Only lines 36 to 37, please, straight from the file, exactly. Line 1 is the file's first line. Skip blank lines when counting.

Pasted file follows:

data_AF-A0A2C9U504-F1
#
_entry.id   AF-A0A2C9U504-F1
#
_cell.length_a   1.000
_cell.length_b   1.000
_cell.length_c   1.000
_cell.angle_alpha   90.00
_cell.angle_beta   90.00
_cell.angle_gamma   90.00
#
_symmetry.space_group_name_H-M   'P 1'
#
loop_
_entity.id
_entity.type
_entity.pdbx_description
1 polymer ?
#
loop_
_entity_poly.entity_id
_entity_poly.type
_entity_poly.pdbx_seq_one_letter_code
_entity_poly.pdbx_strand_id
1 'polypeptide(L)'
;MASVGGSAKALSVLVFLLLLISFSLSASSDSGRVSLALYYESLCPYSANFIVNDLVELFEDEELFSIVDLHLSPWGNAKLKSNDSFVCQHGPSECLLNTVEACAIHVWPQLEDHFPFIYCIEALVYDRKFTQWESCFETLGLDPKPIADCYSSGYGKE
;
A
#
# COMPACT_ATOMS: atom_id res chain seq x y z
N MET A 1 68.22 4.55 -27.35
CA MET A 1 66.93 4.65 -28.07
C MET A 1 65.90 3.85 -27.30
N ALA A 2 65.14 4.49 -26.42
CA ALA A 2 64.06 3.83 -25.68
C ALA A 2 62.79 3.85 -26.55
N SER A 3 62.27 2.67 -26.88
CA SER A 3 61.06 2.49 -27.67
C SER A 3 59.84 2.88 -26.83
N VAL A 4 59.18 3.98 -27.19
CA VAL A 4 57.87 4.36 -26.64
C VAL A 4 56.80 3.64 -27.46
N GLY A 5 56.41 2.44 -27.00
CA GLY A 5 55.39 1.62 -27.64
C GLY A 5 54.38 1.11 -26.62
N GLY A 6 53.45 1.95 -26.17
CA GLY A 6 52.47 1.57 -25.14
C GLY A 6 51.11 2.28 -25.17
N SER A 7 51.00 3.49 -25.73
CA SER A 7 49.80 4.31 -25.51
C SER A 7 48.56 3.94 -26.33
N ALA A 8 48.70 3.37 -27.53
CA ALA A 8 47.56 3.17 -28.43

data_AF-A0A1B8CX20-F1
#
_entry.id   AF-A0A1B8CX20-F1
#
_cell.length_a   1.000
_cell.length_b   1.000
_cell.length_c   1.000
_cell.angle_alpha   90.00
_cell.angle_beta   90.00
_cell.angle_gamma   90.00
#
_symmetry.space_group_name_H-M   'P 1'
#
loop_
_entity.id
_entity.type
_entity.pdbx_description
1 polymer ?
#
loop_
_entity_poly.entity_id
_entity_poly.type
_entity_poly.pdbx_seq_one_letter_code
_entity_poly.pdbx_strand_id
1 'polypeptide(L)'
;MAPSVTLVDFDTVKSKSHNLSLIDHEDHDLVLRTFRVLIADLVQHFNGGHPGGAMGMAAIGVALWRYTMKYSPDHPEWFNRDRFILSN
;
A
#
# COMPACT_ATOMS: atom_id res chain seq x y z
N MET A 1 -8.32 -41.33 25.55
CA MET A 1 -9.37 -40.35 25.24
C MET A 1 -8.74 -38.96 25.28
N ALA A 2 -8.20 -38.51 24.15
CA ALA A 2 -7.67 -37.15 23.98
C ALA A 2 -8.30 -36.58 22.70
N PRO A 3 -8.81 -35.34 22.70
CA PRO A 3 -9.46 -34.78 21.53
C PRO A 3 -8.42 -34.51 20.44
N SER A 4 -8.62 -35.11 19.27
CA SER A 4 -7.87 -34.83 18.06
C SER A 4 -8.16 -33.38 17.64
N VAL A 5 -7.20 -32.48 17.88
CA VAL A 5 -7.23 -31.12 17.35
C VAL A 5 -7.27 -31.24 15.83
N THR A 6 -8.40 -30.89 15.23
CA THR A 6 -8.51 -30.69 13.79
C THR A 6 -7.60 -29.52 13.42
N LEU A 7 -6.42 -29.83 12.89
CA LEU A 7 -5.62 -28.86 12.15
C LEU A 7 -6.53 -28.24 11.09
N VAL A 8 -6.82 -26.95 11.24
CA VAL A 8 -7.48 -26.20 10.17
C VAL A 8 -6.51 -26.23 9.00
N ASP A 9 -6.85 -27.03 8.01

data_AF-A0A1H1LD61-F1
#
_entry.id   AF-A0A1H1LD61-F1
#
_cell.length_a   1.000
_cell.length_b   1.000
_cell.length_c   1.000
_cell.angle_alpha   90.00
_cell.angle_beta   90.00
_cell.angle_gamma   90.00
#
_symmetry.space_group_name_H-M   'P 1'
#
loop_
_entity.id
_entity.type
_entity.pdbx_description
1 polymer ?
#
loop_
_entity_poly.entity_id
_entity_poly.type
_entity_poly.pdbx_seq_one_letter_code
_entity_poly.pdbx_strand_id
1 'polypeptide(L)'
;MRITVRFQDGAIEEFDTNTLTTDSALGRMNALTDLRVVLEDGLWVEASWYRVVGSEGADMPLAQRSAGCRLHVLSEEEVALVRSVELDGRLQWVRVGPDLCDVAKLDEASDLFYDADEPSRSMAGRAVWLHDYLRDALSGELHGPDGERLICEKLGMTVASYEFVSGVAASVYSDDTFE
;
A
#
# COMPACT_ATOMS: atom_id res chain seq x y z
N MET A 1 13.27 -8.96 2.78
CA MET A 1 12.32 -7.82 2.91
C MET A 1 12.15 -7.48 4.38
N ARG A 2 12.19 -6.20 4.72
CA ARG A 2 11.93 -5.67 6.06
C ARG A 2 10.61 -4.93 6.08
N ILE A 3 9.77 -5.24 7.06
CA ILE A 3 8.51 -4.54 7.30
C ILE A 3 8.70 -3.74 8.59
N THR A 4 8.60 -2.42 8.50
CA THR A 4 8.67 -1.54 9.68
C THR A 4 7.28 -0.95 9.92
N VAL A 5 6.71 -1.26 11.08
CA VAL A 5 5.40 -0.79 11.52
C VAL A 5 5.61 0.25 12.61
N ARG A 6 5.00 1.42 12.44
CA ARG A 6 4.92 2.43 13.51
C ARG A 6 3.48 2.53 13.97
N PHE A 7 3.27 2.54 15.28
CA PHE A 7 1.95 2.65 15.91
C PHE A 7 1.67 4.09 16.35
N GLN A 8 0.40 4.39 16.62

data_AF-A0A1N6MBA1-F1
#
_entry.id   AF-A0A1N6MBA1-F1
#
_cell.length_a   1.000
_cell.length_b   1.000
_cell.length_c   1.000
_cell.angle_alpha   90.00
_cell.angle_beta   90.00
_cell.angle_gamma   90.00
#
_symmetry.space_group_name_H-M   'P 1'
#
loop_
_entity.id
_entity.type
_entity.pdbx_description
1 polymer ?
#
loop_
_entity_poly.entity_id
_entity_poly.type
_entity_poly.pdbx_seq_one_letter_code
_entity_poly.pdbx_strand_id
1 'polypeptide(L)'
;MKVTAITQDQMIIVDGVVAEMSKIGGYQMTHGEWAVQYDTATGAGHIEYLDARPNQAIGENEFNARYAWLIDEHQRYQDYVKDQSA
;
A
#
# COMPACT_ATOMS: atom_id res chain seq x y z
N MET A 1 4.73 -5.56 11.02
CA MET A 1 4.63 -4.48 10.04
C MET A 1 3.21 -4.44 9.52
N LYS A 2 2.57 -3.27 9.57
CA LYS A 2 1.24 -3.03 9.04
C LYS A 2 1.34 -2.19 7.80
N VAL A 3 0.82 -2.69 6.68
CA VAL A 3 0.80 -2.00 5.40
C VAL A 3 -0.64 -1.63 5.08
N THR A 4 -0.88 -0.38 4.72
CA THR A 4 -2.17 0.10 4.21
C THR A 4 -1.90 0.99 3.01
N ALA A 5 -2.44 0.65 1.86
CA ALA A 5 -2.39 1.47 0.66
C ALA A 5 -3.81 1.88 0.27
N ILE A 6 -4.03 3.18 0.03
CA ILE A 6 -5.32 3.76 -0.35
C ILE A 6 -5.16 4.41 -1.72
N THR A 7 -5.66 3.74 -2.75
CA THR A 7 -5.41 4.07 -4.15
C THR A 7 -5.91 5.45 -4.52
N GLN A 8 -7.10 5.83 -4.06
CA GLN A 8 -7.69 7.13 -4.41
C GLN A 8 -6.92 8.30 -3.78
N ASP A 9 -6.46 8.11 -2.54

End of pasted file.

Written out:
C ALA A 2 62.79 3.85 -26.55
N SER A 3 62.27 2.67 -26.88